I agree with you, but there are some things to consider.

    First, China is 1/3rd of the world's population. Other countries can be exploited for cheap labor, but not near the scale of China. Second, like in China, there would be an exponential increase in wages. The growth could potentially be faster in smaller countries, as just a few large factories would have a huge influence. The last is resources. China is abundant with them, 3rd greatest in the world next to Russia and the US. Factor in transportation of raw materials and the inability to harvest at the source. We have the advantage of abundant natural resources. We need to start making a shift back in the other direction sooner than later.

    Good thread!

    #203 4 years ago
    Quoted from vid1900:

    Finding out about the perfect fakes took the fun out of being a collector for me.
    Now unless I see a $200 garage sale bargain, I can only assume that all vintage guitars are fakes.

    I worked at a Guitar Center for a short period of time and saw a lot of vintage guitars come in. Occasionally there were mismatched Fenders, but I'm not sure there were fakes while I was there. There very well could have been and we wouldn't have ever known. This was nearly 10 years ago, so I may have left before it became more of an issue.

    My favorites are acoustic guitars, especially the 50's stuff. I've got a Takemine EAN15C that I think is one of the best sounding acoustic guitar in the world. Really well balanced between the lows and highs, great sustain. I played guitars for hours in that store, all eras, all brands. For whatever reason, that model grabbed me.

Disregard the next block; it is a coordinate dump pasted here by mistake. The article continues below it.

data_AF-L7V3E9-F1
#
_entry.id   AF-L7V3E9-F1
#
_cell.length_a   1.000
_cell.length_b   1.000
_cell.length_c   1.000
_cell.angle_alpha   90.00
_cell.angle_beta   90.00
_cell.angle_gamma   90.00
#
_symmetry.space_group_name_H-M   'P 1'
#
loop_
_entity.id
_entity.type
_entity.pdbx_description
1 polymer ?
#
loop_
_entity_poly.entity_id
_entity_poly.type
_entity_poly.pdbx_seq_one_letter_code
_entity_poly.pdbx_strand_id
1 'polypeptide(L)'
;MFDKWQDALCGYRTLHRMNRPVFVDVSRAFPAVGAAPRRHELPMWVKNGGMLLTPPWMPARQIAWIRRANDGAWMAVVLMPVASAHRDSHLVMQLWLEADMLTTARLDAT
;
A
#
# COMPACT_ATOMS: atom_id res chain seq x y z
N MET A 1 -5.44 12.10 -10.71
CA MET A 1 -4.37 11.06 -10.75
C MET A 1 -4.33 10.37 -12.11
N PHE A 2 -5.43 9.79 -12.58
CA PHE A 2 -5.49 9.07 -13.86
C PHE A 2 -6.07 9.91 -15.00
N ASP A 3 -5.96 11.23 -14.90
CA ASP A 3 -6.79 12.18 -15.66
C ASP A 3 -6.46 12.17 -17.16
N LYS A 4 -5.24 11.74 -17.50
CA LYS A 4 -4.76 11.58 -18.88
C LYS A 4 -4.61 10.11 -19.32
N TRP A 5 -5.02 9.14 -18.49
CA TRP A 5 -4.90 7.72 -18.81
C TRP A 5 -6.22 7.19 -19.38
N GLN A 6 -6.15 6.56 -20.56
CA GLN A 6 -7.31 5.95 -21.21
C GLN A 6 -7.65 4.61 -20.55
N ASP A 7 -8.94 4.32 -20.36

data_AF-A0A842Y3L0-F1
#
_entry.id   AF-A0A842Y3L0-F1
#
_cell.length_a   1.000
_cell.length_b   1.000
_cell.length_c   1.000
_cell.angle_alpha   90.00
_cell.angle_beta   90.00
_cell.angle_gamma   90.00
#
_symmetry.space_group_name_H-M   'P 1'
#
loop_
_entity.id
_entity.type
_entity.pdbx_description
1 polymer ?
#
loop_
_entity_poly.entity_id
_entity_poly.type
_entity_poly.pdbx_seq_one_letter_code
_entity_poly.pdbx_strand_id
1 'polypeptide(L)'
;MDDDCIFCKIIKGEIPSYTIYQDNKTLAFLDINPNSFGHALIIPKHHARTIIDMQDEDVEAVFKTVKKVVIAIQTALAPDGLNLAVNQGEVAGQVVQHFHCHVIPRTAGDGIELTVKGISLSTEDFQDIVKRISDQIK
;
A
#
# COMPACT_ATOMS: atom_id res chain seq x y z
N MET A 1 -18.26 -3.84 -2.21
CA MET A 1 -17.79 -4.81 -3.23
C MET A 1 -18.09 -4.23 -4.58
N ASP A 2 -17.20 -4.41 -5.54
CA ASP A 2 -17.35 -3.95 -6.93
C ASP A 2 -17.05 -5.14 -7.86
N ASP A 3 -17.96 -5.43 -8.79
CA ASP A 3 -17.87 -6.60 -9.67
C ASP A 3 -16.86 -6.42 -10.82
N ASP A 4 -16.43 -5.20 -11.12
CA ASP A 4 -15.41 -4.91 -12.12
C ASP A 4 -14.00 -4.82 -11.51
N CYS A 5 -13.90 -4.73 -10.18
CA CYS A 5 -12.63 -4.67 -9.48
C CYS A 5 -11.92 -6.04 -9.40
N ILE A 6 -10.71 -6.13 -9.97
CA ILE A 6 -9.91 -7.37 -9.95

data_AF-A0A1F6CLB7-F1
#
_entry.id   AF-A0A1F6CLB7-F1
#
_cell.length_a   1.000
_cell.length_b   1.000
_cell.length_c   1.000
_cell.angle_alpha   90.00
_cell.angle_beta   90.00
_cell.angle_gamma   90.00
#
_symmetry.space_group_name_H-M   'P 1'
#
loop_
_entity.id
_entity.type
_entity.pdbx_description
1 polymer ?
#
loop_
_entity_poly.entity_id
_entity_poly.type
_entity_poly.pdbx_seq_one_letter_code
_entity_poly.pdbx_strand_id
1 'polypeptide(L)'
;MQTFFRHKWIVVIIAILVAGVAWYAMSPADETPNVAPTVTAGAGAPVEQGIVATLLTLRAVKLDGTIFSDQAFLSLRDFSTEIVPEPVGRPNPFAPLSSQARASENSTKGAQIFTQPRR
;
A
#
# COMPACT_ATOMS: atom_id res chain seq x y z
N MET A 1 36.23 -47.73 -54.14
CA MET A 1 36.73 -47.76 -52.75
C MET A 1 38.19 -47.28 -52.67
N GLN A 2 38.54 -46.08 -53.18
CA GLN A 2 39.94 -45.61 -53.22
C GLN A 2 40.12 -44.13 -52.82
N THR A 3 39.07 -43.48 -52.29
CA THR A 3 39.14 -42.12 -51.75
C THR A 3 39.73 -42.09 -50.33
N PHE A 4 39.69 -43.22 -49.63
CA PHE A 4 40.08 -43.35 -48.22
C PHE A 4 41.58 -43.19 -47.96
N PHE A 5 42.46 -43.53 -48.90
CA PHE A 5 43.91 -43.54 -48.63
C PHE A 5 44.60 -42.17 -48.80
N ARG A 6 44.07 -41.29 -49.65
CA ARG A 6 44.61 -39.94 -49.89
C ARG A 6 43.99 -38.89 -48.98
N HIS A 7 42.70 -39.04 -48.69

#206 4 years ago
    Quoted from vid1900:

    I know exactly what you are saying.
    I've got a 20th anniversary Taylor that is simply the greatest acoustic guitar in the world (to me).

    They choose you, no doubt. When you're afraid to put it down even for a second because you're afraid someone else might get it, that is usually the sign to buy. The Takamine was not a planned purchase either.

    Now back to China. China china china. Making stuff cheap. End of the world.

    Nope, would rather derail about guitars.

    #214 4 years ago
    Quoted from flynnibus:

    Uhh... every assembly place has such systems. Stern isn't building their PCBs by hand... that kind of stuff is all farmed out to plants that do this work.

    PnP machines do the majority of the work with wave soldering on virtually all PCBs anymore anywhere, even small scale. Anything surface mount is not done by hand unless it is ultra cheap electronic crap. Generally only a handful of components need to be hand-done (header pins, connectors, jacks, etc.).

    1 week later
    #234 4 years ago
    Quoted from kvan99:

    Ha, how the heck do you know all of this stuff Vid? I swear sometimes you come off as a underground criminal mastermind who just happens to like pinball.

    The Bureau of Labor Statistics reports annually not only on our own country, but our competition as well. Your tax dollars at work.